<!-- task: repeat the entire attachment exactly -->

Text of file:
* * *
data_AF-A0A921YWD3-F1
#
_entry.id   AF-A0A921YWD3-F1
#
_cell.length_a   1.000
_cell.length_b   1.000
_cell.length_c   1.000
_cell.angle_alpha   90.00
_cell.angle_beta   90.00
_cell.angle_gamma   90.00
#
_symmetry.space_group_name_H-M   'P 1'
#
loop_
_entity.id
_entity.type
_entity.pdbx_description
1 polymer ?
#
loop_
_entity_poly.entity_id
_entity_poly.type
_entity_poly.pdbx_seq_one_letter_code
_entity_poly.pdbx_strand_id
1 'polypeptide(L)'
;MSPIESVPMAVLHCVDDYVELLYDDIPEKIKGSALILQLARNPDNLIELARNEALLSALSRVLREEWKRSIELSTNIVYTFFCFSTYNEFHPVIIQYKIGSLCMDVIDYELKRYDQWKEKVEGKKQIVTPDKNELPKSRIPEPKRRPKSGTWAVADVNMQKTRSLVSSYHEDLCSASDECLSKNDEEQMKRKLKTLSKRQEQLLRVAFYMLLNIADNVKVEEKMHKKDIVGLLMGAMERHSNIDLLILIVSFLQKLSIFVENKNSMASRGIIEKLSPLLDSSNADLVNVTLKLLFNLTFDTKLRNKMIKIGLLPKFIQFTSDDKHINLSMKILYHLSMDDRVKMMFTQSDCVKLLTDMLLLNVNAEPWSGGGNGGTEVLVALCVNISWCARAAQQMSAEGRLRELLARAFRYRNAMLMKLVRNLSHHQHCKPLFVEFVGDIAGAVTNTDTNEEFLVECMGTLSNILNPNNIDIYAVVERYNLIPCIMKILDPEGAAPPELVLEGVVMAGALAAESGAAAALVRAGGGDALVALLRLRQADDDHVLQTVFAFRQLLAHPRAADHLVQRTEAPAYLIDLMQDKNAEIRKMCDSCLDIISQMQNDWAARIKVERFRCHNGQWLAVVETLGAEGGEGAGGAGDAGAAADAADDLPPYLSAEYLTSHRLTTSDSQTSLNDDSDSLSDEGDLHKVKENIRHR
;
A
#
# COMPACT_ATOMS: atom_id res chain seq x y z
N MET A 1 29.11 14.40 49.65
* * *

data_AF-A0A921YWD3-F1
#
_entry.id   AF-A0A921YWD3-F1
#
_cell.length_a   1.000
_cell.length_b   1.000
_cell.length_c   1.000
_cell.angle_alpha   90.00
_cell.angle_beta   90.00
_cell.angle_gamma   90.00
#
_symmetry.space_group_name_H-M   'P 1'
#
loop_
_entity.id
_entity.type
_entity.pdbx_description
1 polymer ?
#
loop_
_entity_poly.entity_id
_entity_poly.type
_entity_poly.pdbx_seq_one_letter_code
_entity_poly.pdbx_strand_id
1 'polypeptide(L)'
;MSPIESVPMAVLHCVDDYVELLYDDIPEKIKGSALILQLARNPDNLIELARNEALLSALSRVLREEWKRSIELSTNIVYTFFCFSTYNEFHPVIIQYKIGSLCMDVIDYELKRYDQWKEKVEGKKQIVTPDKNELPKSRIPEPKRRPKSGTWAVADVNMQKTRSLVSSYHEDLCSASDECLSKNDEEQMKRKLKTLSKRQEQLLRVAFYMLLNIADNVKVEEKMHKKDIVGLLMGAMERHSNIDLLILIVSFLQKLSIFVENKNSMASRGIIEKLSPLLDSSNADLVNVTLKLLFNLTFDTKLRNKMIKIGLLPKFIQFTSDDKHINLSMKILYHLSMDDRVKMMFTQSDCVKLLTDMLLLNVNAEPWSGGGNGGTEVLVALCVNISWCARAAQQMSAEGRLRELLARAFRYRNAMLMKLVRNLSHHQHCKPLFVEFVGDIAGAVTNTDTNEEFLVECMGTLSNILNPNNIDIYAVVERYNLIPCIMKILDPEGAAPPELVLEGVVMAGALAAESGAAAALVRAGGGDALVALLRLRQADDDHVLQTVFAFRQLLAHPRAADHLVQRTEAPAYLIDLMQDKNAEIRKMCDSCLDIISQMQNDWAARIKVERFRCHNGQWLAVVETLGAEGGEGAGGAGDAGAAADAADDLPPYLSAEYLTSHRLTTSDSQTSLNDDSDSLSDEGDLHKVKENIRHR
;
A
#
# COMPACT_ATOMS: atom_id res chain seq x y z
N MET A 1 29.11 14.40 49.65